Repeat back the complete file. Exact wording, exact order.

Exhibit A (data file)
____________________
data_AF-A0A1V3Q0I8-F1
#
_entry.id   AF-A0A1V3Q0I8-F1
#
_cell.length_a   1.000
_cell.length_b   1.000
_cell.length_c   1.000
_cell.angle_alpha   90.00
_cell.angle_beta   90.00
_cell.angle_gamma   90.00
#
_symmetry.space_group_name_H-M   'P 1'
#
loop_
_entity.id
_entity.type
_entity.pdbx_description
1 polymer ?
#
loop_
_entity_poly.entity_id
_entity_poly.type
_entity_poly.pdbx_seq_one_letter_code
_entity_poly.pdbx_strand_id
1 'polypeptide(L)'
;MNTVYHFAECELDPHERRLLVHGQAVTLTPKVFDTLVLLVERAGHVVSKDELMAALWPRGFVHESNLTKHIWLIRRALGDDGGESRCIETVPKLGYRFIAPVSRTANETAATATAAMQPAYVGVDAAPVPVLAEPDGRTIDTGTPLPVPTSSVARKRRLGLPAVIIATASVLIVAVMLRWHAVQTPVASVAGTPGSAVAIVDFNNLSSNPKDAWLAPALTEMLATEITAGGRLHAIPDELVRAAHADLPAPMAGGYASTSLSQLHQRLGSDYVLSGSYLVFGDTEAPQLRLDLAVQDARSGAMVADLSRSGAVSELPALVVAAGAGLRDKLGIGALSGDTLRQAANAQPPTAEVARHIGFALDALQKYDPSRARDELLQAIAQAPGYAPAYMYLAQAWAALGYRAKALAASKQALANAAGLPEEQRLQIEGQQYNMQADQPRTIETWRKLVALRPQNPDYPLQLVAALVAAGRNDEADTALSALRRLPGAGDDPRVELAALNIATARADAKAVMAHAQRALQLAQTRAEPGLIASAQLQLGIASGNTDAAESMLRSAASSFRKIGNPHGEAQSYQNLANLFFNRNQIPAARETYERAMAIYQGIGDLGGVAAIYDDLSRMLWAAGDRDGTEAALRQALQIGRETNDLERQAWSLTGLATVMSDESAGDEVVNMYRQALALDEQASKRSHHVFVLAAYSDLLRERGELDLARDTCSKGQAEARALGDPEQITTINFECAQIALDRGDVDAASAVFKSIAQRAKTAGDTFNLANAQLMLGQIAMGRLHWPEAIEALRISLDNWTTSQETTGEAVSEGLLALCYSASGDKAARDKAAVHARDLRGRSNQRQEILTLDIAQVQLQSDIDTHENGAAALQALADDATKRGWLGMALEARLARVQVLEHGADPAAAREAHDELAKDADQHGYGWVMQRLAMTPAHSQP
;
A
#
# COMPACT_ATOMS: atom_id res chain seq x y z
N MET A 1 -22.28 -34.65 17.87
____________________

data_AF-A0A1V3Q0I8-F1
#
_entry.id   AF-A0A1V3Q0I8-F1
#
_cell.length_a   1.000
_cell.length_b   1.000
_cell.length_c   1.000
_cell.angle_alpha   90.00
_cell.angle_beta   90.00
_cell.angle_gamma   90.00
#
_symmetry.space_group_name_H-M   'P 1'
#
loop_
_entity.id
_entity.type
_entity.pdbx_description
1 polymer ?
#
loop_
_entity_poly.entity_id
_entity_poly.type
_entity_poly.pdbx_seq_one_letter_code
_entity_poly.pdbx_strand_id
1 'polypeptide(L)'
;MNTVYHFAECELDPHERRLLVHGQAVTLTPKVFDTLVLLVERAGHVVSKDELMAALWPRGFVHESNLTKHIWLIRRALGDDGGESRCIETVPKLGYRFIAPVSRTANETAATATAAMQPAYVGVDAAPVPVLAEPDGRTIDTGTPLPVPTSSVARKRRLGLPAVIIATASVLIVAVMLRWHAVQTPVASVAGTPGSAVAIVDFNNLSSNPKDAWLAPALTEMLATEITAGGRLHAIPDELVRAAHADLPAPMAGGYASTSLSQLHQRLGSDYVLSGSYLVFGDTEAPQLRLDLAVQDARSGAMVADLSRSGAVSELPALVVAAGAGLRDKLGIGALSGDTLRQAANAQPPTAEVARHIGFALDALQKYDPSRARDELLQAIAQAPGYAPAYMYLAQAWAALGYRAKALAASKQALANAAGLPEEQRLQIEGQQYNMQADQPRTIETWRKLVALRPQNPDYPLQLVAALVAAGRNDEADTALSALRRLPGAGDDPRVELAALNIATARADAKAVMAHAQRALQLAQTRAEPGLIASAQLQLGIASGNTDAAESMLRSAASSFRKIGNPHGEAQSYQNLANLFFNRNQIPAARETYERAMAIYQGIGDLGGVAAIYDDLSRMLWAAGDRDGTEAALRQALQIGRETNDLERQAWSLTGLATVMSDESAGDEVVNMYRQALALDEQASKRSHHVFVLAAYSDLLRERGELDLARDTCSKGQAEARALGDPEQITTINFECAQIALDRGDVDAASAVFKSIAQRAKTAGDTFNLANAQLMLGQIAMGRLHWPEAIEALRISLDNWTTSQETTGEAVSEGLLALCYSASGDKAARDKAAVHARDLRGRSNQRQEILTLDIAQVQLQSDIDTHENGAAALQALADDATKRGWLGMALEARLARVQVLEHGADPAAAREAHDELAKDADQHGYGWVMQRLAMTPAHSQP
;
A
#
# COMPACT_ATOMS: atom_id res chain seq x y z
N MET A 1 -22.28 -34.65 17.87